"I can't tell you how excited I am about this festival," she says. "There are a lot of great colleges and universities in the area, but they're costly. This is a chance to spend 90 minutes with a MacArthur award-winning writer for just $10. That's a chance most people never get."

A writer of Adichie's stature receives many invitations to attend nationwide literary events. But she said she agreed to headline the relatively small CityLit Festival because she's become attached to Baltimore, the city where she wrote "Half of a Yellow Sun," her epic novel about the Nigerian civil war.

"I have a history with Baltimore," she says. "The city has a lot of emotional significance for me."

But Nigeria will always be where Adichie's deepest heart lies. Because the novelist spends part of each year in southern Nigeria and part in the U.S., she's ideally positioned to observe the manner in which male-female relations differ in the two countries.

She writes that in Nigeria, for instance, there's immense pressure placed on young girls to learn the cooking and cleaning skills thought to be necessary for securing a husband.

"I think it gets slightly better for women in Nigeria as they age and slightly worse for women in the U.S.," she says. "In Nigeria, getting older is not viewed as entirely bad or as something you run away from. In Nigeria, the worst possible combination in terms of getting respect is being young and female."

But she was badly shaken by the results of the 2016 U.S. presidential election, when Donald Trump defeated Hillary Clinton.

"There's a lot of misogyny in this country, and I think that Hillary Clinton suffered from it," Adichie says.

"She had to straddle so many lines because of her gender. She had to be competent, but she couldn't be a [witch]. She had all those things in her head, so she came off as overly calibrated, in some ways almost robotic. It then became easy for people to label her as a liar."

Writer and Towson University senior Bilphena Yahwon, who was born in Liberia and raised on the Ivory Coast, thinks that some Western feminists wrongly assume they're more progressive than their counterparts in Third World nations.

"Some Western women think of African feminists as backwards and submissive," says Yahwon, who will participate in a CityLit panel on writers who identify as womanist or feminist. "American feminists see their issues as more structural, as being bound up in institutions. African women see their issues as more economically based. Not only are they women, but they're poor, they don't have enough food and they have no access to health care."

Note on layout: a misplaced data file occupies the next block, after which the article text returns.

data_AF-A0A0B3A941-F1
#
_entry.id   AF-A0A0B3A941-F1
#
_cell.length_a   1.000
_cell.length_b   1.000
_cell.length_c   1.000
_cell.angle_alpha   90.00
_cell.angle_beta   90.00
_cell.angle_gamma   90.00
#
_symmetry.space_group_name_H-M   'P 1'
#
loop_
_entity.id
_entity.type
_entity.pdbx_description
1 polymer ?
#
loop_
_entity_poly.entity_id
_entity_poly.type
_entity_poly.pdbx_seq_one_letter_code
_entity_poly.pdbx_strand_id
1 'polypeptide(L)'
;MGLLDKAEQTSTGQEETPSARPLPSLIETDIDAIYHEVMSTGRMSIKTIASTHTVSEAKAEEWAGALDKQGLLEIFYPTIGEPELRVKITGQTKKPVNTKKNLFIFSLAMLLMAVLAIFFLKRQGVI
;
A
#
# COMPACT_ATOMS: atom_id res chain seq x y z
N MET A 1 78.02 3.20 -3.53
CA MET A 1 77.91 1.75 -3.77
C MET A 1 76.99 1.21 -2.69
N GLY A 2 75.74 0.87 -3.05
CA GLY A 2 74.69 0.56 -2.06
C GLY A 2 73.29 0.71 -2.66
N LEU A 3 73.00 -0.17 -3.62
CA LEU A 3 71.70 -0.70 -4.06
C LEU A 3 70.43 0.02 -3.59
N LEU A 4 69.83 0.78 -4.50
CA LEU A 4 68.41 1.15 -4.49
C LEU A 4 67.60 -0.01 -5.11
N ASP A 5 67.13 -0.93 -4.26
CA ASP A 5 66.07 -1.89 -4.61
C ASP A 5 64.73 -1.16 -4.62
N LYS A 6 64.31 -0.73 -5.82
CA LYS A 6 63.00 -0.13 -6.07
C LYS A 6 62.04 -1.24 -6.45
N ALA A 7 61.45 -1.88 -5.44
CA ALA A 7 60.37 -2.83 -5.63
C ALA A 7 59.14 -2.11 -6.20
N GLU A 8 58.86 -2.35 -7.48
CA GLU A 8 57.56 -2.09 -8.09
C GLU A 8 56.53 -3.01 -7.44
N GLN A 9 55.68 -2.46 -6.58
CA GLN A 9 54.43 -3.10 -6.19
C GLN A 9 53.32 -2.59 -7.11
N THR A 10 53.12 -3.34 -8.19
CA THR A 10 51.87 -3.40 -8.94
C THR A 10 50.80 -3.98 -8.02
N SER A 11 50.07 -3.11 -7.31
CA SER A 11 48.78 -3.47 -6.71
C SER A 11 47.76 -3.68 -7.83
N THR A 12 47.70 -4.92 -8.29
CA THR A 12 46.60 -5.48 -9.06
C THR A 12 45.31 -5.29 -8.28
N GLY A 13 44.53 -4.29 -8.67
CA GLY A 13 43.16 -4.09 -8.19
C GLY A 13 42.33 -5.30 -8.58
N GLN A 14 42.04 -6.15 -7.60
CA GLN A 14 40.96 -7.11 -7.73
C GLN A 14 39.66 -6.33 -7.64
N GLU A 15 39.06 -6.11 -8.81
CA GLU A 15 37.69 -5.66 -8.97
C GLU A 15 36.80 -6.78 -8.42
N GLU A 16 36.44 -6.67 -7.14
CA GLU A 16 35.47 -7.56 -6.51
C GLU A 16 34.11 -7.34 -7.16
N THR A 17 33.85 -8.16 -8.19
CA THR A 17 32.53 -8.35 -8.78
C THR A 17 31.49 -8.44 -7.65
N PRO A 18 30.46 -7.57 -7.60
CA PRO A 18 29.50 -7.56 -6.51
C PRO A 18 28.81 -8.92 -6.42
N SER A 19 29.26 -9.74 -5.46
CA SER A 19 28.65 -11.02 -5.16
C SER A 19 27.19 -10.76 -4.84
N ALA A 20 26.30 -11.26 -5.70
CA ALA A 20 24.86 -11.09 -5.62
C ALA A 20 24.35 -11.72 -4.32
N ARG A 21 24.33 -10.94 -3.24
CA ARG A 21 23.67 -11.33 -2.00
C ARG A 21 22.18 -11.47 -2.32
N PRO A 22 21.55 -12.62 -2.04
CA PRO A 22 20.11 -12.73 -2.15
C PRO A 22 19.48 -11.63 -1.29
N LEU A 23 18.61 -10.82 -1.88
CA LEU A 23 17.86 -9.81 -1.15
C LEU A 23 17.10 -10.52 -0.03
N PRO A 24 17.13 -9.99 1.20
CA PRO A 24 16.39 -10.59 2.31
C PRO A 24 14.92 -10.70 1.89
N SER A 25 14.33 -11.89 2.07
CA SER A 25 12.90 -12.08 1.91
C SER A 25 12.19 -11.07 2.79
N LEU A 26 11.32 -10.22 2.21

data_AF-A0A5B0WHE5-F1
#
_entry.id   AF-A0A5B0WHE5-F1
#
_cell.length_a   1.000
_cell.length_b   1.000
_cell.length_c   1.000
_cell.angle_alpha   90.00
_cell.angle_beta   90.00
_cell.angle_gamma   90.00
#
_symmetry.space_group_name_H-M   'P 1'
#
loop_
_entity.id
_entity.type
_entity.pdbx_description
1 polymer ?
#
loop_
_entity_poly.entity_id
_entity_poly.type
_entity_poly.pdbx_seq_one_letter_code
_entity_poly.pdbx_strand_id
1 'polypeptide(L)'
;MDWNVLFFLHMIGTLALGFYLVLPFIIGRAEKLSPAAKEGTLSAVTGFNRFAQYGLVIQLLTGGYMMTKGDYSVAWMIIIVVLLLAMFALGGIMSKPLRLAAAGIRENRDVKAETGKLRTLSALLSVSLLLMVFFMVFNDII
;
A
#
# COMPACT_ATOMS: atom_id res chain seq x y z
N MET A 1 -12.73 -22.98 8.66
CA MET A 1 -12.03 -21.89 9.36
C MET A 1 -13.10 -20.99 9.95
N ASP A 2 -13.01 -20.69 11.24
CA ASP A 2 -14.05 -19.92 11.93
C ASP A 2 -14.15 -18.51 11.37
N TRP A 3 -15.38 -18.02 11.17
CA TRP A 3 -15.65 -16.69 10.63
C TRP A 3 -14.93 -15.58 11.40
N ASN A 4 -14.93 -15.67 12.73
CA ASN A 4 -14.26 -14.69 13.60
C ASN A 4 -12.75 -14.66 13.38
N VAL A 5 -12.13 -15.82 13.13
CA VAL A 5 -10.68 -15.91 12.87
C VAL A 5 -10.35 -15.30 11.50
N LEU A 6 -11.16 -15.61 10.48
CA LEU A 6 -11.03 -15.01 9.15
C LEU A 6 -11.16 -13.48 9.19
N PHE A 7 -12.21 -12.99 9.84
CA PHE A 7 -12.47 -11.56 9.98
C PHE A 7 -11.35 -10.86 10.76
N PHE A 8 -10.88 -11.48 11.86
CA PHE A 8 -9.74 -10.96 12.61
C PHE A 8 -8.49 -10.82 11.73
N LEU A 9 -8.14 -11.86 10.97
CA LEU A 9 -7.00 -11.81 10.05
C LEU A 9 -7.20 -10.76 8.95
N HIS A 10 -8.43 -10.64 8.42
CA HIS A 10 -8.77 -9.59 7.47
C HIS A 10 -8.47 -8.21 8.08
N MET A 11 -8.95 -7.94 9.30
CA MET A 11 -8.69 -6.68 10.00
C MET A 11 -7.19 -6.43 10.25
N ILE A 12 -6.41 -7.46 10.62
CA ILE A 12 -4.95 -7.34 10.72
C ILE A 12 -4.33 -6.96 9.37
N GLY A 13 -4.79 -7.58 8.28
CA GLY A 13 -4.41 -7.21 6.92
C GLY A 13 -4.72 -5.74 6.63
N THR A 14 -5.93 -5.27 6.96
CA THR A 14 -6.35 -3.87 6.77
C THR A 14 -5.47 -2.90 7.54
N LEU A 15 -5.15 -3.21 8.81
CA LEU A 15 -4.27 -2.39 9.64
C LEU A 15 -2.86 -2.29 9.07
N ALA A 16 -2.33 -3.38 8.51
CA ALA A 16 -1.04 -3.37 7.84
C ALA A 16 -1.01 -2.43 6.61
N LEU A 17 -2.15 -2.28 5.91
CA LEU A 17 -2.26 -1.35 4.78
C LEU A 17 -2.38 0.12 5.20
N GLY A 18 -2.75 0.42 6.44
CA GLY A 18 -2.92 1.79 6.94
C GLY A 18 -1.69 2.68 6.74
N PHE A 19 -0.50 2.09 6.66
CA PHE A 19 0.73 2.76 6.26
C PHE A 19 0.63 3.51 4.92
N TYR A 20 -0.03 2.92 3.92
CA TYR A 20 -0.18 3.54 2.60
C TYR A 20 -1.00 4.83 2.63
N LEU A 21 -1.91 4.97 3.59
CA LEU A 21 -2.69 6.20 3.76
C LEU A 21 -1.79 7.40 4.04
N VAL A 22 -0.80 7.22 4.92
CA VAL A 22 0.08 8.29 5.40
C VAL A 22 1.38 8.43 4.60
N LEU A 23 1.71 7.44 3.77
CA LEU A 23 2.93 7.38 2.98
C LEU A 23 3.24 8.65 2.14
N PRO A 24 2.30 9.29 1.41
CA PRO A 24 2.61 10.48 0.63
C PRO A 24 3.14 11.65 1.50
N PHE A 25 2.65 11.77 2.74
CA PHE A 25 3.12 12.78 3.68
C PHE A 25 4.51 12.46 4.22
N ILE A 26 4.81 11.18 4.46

Darraj's award-winning short story collection, "A Curious Land: Stories from Home" explores the lives of Palestinian men and women living in a small West Bank village. At CityLit, she'll be discussing Middle East-style feminism with Mejdulene Shomali, a professor at the University of Maryland, Baltimore County, and the writer and editor Eman Quotah on the panel "Writing Identity: Arab American Women's Literary Voices."

Darraj, an English professor at Harford Community College, agrees with Yahwon that many of the differences between American feminists and those elsewhere are rooted in class and politics. Darraj says that Arab culture, unlike the U.S., doesn't define an individual's worth based on how much money he or she earns. As a result, some problems that plague American parents are more easily resolved in the Middle East.

"Arabs consider being a mother — being a parent, really — as a very important job," she says.

"They don't look at it in the capitalist way, in which someone is denigrated if they aren't earning an income. As a working mother with three children living in Maryland, I really struggle sometimes when I have a sick child. In the Middle East, there would be a neighbor or family member who would help out, or the employer would be much more flexible."

Though Adichie has spent her entire life thinking about the different cultural roles allotted to men and women, these issues take on a new urgency now that she and her husband, a physician at the University of Maryland, are the parents of an 18-month-old daughter, who, like them, will occupy different cultures.

"Obviously, the world is not a feminist place, and it is not easy to raise a feminist child in it," Adichie says. "I am aware that my life is never going to perfectly match my ideology. But I'm going to see how close I can get."

mary.mccauley@baltsun.com

The 14th annual CityLit Festival will be held from 10 a.m. to 4 p.m. Saturday at the University of Baltimore's business center, 11 W. Mount Royal Ave. Free. citylitproject.org.